CFAES Give Today

Ohio State University Extension


Tractors and Highway Safety

Agricultural Tailgate Safety Training for Operators and Supervisors
Agriculture and Natural Resources
Agricultural Safety and Health Program

Objective: To use safe highway procedures for tractors.

Trainer’s Note

Incidents occur because highway safety precautions are not followed. It is difficult to avoid highway travel when going between farm sites. Discuss procedures for traveling on highways with agricultural equipment. Common sense and good judgment should be emphasized. Discuss driving safely on highways. Review the true or false quiz.


When hauling a tractor for a long distance, it is best to transport it on a truck or trailer.

Safe highway procedures for hauling include:

  • Haul tractors and implements on a flatbed.
  • Obey the laws for height and width regulation.
  • Remove, cover, or turn slow moving vehicle (SMV) signs when tractors are transported on another vehicle.
  • Use the correct flags, lights, and reflectors on the transport vehicle to warn other drivers.

For shorter distances, tractor highway travel is appropriate. For the safety of everyone on the road, some safety provisions should be followed. Only operate machinery in good repair on the highway. Properly hitch implements with adequate safety chains before beginning the journey. Do not use makeshift hitch pins.

Before traveling on public roads remember:

  • Lock brake pedals.
  • Adjust mirrors for good vision.
  • Make sure that all warning flashers, lights, SMV emblems, and Speed Identification Symbol (if applicable) are in proper operating condition, clean, and easily visible.
  • Check tire inflation pressures. Inflate the tires to the maximum recommended pressure for long distance travel.
  • Check the wheels to see if the bolts are tight.
  • Make sure the tractor is balanced properly.

When pulling onto a public road, use a wide shoulder if available. If the shoulder is not wide enough, stay on the road. Allow extra time to reach full speed. Tractors do not accelerate rapidly, especially when towing equipment.

When traveling on public roads:

  • Watch for potholes or obstacles that could tip the tractor.
  • Listen for cars. Often vehicles will rapidly approach from the rear at three to four times the speed of the tractor.
  • Stay alert at all times to avoid a serious incident.
  • Keep a constant lookout for pedestrians, animals, and road obstacles.
  • Slow down for sharp curves.
  • Slow down when going down a hill.

Vehicles traveling on public roads at 25 mph or less are legally required to have a SMV sign. Equipment traveling faster than 25 mph is defined as a trailer and is not permitted to display the SMV emblem, but must be equipped with turn signals, brakes, and lights. Lighting regulations for slow moving vehicles vary. Before installing any warning light system on a tractor, check the regulations. Generally, the lighting and marking laws for tractors or self-propelled machines are consistent with the recommendations by the American Society of Agricultural and Biological Engineers (ASABE) and the Society of Automotive Engineers (SAE). Only one vehicle classified as farm machinery may be towed by the licensed motor vehicle.

ASABE Recommendations Include:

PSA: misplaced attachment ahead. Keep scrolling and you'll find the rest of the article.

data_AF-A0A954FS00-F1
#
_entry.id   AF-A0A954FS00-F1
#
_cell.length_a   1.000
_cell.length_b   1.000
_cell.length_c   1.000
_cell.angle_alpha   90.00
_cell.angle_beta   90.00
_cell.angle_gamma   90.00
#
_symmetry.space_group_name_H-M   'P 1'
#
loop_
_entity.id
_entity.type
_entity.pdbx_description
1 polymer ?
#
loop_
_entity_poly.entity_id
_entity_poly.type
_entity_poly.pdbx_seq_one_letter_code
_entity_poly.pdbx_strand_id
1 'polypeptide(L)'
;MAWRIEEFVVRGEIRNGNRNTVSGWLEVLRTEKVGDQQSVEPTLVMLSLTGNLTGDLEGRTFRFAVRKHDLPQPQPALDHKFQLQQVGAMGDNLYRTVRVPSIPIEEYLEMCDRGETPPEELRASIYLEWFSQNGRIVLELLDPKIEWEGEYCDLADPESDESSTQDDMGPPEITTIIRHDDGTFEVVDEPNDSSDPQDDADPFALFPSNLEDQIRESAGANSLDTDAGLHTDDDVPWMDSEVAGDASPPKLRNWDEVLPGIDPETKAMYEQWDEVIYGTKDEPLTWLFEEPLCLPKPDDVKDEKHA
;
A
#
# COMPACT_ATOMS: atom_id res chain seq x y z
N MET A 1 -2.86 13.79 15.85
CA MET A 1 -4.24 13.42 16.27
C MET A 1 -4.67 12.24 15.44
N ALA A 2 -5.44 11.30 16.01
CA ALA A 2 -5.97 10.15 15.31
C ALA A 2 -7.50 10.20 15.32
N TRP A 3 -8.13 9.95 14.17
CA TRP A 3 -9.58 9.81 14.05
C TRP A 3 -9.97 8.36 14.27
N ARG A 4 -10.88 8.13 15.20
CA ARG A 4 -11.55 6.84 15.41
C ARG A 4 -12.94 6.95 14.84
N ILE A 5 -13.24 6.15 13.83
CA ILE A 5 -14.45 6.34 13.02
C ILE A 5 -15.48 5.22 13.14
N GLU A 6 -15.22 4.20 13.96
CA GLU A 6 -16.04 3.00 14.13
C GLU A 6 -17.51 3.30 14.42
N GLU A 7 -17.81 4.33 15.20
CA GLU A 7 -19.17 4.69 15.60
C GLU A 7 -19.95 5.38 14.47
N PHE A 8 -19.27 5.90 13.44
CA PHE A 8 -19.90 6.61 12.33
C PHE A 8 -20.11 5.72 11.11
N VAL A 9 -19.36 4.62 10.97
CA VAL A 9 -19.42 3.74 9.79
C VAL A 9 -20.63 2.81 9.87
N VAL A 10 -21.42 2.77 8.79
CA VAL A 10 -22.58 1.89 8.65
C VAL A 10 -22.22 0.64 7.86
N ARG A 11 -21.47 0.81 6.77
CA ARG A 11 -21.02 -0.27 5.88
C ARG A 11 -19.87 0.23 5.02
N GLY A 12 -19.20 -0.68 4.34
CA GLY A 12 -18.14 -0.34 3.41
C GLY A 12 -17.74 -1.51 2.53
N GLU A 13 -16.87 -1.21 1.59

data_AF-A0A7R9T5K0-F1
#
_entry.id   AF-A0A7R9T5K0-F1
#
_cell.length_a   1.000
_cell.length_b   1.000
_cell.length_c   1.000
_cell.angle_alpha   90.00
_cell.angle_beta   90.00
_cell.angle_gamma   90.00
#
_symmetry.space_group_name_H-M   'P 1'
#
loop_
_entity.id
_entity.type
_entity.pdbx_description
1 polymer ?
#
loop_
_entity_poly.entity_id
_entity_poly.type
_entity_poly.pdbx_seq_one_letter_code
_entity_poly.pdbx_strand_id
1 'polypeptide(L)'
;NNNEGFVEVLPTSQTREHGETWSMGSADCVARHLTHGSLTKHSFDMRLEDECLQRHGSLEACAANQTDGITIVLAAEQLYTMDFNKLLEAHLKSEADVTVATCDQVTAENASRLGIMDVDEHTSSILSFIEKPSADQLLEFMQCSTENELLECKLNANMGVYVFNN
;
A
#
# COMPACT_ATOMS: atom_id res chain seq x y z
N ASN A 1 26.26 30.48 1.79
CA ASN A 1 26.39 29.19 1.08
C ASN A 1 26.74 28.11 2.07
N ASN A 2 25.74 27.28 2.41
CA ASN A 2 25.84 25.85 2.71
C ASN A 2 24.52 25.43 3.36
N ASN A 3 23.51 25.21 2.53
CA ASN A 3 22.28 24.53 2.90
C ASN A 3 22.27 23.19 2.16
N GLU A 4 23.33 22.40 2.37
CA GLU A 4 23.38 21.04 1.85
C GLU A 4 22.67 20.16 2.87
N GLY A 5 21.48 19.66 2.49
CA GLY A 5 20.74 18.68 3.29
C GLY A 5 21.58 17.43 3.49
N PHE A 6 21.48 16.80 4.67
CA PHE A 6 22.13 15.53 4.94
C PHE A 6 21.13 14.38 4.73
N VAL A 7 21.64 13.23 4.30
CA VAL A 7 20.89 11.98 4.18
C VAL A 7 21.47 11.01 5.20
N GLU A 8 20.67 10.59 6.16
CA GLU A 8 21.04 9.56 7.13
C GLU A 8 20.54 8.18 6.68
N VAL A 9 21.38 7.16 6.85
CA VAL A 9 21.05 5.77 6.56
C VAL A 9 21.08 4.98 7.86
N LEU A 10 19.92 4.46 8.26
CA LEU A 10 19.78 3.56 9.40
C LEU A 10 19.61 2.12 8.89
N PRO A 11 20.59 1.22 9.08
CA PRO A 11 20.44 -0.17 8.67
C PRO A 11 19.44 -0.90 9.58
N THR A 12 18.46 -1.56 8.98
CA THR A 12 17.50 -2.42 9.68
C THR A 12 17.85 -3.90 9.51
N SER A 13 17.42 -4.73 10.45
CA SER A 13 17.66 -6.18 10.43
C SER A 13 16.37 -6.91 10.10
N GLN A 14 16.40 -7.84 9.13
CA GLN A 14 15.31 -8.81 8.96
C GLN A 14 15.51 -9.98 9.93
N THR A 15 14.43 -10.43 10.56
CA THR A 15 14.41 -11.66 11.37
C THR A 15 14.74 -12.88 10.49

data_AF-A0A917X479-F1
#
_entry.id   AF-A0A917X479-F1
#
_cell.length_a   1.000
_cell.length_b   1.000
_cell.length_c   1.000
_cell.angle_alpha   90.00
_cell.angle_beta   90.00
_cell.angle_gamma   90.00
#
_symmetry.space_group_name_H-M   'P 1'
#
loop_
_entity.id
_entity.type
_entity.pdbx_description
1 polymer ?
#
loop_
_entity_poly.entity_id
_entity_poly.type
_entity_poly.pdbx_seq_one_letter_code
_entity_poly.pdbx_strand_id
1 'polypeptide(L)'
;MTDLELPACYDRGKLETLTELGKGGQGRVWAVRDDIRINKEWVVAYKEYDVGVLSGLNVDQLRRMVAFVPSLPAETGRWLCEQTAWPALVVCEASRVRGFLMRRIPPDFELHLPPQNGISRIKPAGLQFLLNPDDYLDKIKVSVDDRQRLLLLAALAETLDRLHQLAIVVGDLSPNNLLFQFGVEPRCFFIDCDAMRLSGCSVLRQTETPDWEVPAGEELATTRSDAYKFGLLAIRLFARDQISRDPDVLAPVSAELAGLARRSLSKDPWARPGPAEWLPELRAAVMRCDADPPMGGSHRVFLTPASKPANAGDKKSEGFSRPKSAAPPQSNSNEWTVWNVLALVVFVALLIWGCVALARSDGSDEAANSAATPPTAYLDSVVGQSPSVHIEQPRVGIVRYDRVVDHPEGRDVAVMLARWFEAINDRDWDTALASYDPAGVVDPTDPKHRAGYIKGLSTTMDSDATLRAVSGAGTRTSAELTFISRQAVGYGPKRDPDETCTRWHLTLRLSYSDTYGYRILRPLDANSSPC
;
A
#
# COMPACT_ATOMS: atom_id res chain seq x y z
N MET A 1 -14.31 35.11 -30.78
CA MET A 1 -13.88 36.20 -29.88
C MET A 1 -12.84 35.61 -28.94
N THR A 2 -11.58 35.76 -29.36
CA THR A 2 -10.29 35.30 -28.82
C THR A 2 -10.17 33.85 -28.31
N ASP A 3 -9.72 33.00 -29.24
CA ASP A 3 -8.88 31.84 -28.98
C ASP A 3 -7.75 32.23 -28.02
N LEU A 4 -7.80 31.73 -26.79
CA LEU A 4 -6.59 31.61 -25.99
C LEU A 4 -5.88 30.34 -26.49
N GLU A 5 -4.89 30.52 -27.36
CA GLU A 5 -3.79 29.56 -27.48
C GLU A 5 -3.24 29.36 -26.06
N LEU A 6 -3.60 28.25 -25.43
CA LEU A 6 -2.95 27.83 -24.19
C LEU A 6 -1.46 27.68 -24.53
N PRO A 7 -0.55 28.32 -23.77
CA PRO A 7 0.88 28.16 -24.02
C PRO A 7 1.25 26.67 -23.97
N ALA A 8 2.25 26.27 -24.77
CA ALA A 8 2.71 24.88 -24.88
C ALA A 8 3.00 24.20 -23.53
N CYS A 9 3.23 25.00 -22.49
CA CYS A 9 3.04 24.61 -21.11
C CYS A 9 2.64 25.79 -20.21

• Two headlights.
  • Two red tail lamps mounted on the rear of the machine.
  • At least two amber warning lights, visible from front and rear, mounted at the same level—at least 42 inches above ground level.
  • At least two red reflectors, visible from the rear, and mounted on either side.

The scope of the Speed Identification Symbol (SIS) standard is primarily to identify farm machinery traveling at ground speeds greater than 25 mph. The SIS also identifies the farm machineries’ maximum speeds. The SIS needs to be visible 300 feet to 100 feet to the rear, used in conjunction with the SMV emblem, and comply with ASABE standards. These emblems are reserved for machinery meeting the definition of “High Speed tractors” as declared by the manufacturer.

Lights and emblems must be clearly visible. If lights or emblems are blocked during towing, attach lights and emblems to the rear of the implements. Most tractors can be equipped with auxiliary connectors allowing implement electrical systems to be plugged into the circuit operating the tractor lights.

Review the Following Points

  • Know the law concerning highway travel for tractors.
  • Watch for highway traffic.
  • Use common sense and obey traffic patterns when traveling on the highway with a tractor.

About These Modules

The Ag Tailgate Training Series was developed by members of the Agricultural Safety and Health Program in the Department of Food, Agricultural and Biological Engineering. Revised by Dee Jepsen, State Agricultural Safety Leader, with editing assistance by Lisa Pfeifer and Cody McClain.

True or False Answer Key

  1. T
  2. T
  3. F
  4. T
  5. T

Quiz: Tractors and Highway Safety



True or False?    

1. When tractors or implements must be transported long distances, it is safest to haul them on a flatbed. T F
2. Stay alert at all times to avoid a serious incident.     T F
3. A SMV emblem is not required when using a SIS.   T F
4. Slow the tractor speed down when going through a sharp curve or down a hill. T F
5. Make sure that all lights and warning signals are in working order before traveling on the road. T F






Originally posted Nov 6, 2019.